>> that's the age-old challenge. you know, you want to provide a happened hand up, not a hand out. part of the american dream is to lift yourself up. by working harder, you somehow come out worse, you get a raise and end up with less, that's not the way it's supposed to work.

>> this is a split level like we've seen before.

>> reporter: dan 's pay cuts threatened what he wanted most of all, a house he and his kids could call their own. while he preserved his child care benefits, his lower salary also meant he qualified for a smaller mortgage.

>> reporter: how much offers have you put down?

>> three offers.

>> reporter: how many offers were accepted?

>> none of them. i'm at a price category where it always seems to fall short.

>> reporter: dan 's realtor tried to find the right fit. but rejections kept coming. one hit dan to the core. his daughter jasmine's favorite house .

>> this one house especially she fell in love with, she wanted it, i tried and i had to crush her feelings when we didn't get accepted. i felt like a failure. it's not -- not easy. looking at a 6-year-old eyes and telling them, sorry, you know, we didn't get it. i got to get up one minute. come on, buddy, let's go look in the house .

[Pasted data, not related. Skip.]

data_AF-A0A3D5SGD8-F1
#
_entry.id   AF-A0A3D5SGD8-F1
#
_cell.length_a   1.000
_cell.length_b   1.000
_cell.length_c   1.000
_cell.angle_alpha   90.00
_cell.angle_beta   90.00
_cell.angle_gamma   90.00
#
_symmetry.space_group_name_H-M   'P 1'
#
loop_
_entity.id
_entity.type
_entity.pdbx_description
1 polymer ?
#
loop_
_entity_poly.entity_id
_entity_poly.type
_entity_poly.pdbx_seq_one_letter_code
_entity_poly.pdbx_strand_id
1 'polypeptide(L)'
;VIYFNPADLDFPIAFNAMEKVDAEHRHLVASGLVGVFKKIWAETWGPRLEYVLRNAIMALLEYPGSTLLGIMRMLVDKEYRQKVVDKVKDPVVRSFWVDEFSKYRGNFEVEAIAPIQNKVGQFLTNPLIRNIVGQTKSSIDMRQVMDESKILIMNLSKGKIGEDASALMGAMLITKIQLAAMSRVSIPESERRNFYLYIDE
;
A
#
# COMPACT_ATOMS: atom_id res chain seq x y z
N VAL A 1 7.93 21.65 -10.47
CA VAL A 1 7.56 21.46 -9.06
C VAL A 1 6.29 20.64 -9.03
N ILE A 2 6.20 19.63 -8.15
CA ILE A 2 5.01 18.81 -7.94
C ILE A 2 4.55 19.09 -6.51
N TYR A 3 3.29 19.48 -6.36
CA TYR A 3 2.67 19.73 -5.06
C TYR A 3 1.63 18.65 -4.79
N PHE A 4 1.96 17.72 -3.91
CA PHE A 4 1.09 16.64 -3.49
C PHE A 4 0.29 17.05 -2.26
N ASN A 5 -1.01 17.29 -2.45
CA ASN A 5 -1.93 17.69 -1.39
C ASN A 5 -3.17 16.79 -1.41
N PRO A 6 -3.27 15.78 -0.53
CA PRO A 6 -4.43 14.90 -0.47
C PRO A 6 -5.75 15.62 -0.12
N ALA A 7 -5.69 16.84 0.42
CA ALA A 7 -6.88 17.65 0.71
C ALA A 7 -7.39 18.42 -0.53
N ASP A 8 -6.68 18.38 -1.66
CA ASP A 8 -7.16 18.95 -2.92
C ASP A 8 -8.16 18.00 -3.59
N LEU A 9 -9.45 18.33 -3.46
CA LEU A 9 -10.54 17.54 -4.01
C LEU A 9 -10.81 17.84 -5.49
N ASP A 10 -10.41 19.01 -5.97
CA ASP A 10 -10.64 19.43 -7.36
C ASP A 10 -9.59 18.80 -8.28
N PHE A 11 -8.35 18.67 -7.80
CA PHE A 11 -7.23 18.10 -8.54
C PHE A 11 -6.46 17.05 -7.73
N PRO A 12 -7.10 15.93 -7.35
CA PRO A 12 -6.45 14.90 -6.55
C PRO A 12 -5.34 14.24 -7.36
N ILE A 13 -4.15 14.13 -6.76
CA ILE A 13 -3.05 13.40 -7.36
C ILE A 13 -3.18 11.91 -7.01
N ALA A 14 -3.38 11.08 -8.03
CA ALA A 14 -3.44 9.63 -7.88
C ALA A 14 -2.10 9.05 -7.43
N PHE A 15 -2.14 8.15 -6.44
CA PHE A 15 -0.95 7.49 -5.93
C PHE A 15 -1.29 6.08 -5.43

>> reporter: by last june, dan had almost given up on the dream of owning a home. but his three little kids wouldn't let him.

>> walked in the front door, they took off, they automatically loved the bedrooms, all claimed their own bedrooms right off the get go. next thing i know, i'm making an offer on this house .

>> go ahead and initial at the bottom.

>> reporter: this time, his offer, the seventh one on the seventh house , was accepted.

>> i was happy. i was so excited to come and tell the kids, hey, you got your new house . the one you love.

>> i love this house !

>> reporter: as he was moving into his new home, dan received some more good news. helped by additional revenue from a property tax hike, boulder county had increased the child care income limit.

>> i was actually able after three years to take a raise this time instead of a pay cut. what a feeling.

>> reporter: what do you say about the american dream ? still alive?

>> it's still alive, just really hard to achieve in this day and age. i got the house . not very easily, but i got it.

>> reporter: you're a piece of the american dream ?

>> part of my piece of the american dream , yes.

>> reporter: still climbing ?

>> still climbing , hope to continue to climb.

>> at least it turns out the seventh house was the charm. lester holt from longmont,